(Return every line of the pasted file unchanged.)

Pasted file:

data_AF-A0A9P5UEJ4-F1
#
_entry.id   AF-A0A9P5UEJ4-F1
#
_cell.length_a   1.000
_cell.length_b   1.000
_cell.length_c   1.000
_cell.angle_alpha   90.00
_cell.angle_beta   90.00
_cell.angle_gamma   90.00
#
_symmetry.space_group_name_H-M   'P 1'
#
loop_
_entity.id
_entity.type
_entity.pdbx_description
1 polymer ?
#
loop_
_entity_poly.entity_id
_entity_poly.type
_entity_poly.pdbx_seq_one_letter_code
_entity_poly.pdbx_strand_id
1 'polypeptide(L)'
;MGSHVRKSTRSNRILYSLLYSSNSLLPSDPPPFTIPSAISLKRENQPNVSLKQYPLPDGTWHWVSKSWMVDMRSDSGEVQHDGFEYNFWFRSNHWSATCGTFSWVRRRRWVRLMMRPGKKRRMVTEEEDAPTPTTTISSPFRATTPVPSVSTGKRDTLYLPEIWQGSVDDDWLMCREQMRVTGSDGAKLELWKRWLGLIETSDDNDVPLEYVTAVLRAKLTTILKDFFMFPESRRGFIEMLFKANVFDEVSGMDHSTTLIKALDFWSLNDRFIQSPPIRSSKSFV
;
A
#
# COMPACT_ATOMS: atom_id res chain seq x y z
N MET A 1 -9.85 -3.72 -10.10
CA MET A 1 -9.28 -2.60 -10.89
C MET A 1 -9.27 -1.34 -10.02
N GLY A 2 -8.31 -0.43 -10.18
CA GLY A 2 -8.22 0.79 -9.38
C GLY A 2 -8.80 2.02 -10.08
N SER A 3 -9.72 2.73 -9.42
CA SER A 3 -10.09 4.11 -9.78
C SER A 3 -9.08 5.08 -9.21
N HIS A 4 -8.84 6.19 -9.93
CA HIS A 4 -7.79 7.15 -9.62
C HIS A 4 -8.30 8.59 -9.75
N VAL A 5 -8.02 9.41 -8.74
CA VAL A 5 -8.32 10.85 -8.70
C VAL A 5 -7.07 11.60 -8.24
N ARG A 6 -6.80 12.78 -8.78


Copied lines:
data_AF-A0A9P5UEJ4-F1
#
_entry.id   AF-A0A9P5UEJ4-F1
#
_cell.length_a   1.000
_cell.length_b   1.000
_cell.length_c   1.000
_cell.angle_alpha   90.00
_cell.angle_beta   90.00
_cell.angle_gamma   90.00
#
_symmetry.space_group_name_H-M   'P 1'
#
loop_
_entity.id
_entity.type
_entity.pdbx_description
1 polymer ?
#
loop_
_entity_poly.entity_id
_entity_poly.type
_entity_poly.pdbx_seq_one_letter_code
_entity_poly.pdbx_strand_id
1 'polypeptide(L)'
;MGSHVRKSTRSNRILYSLLYSSNSLLPSDPPPFTIPSAISLKRENQPNVSLKQYPLPDGTWHWVSKSWMVDMRSDSGEVQHDGFEYNFWFRSNHWSATCGTFSWVRRRRWVRLMMRPGKKRRMVTEEEDAPTPTTTISSPFRATTPVPSVSTGKRDTLYLPEIWQGSVDDDWLMCREQMRVTGSDGAKLELWKRWLGLIETSDDNDVPLEYVTAVLRAKLTTILKDFFMFPESRRGFIEMLFKANVFDEVSGMDHSTTLIKALDFWSLNDRFIQSPPIRSSKSFV
;
A
#
# COMPACT_ATOMS: atom_id res chain seq x y z
N MET A 1 -9.85 -3.72 -10.10
CA MET A 1 -9.28 -2.60 -10.89
C MET A 1 -9.27 -1.34 -10.02
N GLY A 2 -8.31 -0.43 -10.18
CA GLY A 2 -8.22 0.79 -9.38
C GLY A 2 -8.80 2.02 -10.08
N SER A 3 -9.72 2.73 -9.42
CA SER A 3 -10.09 4.11 -9.78
C SER A 3 -9.08 5.08 -9.21
N HIS A 4 -8.84 6.19 -9.93
CA HIS A 4 -7.79 7.15 -9.62
C HIS A 4 -8.30 8.59 -9.75
N VAL A 5 -8.02 9.41 -8.74
CA VAL A 5 -8.32 10.85 -8.70
C VAL A 5 -7.07 11.60 -8.24
N ARG A 6 -6.80 12.78 -8.78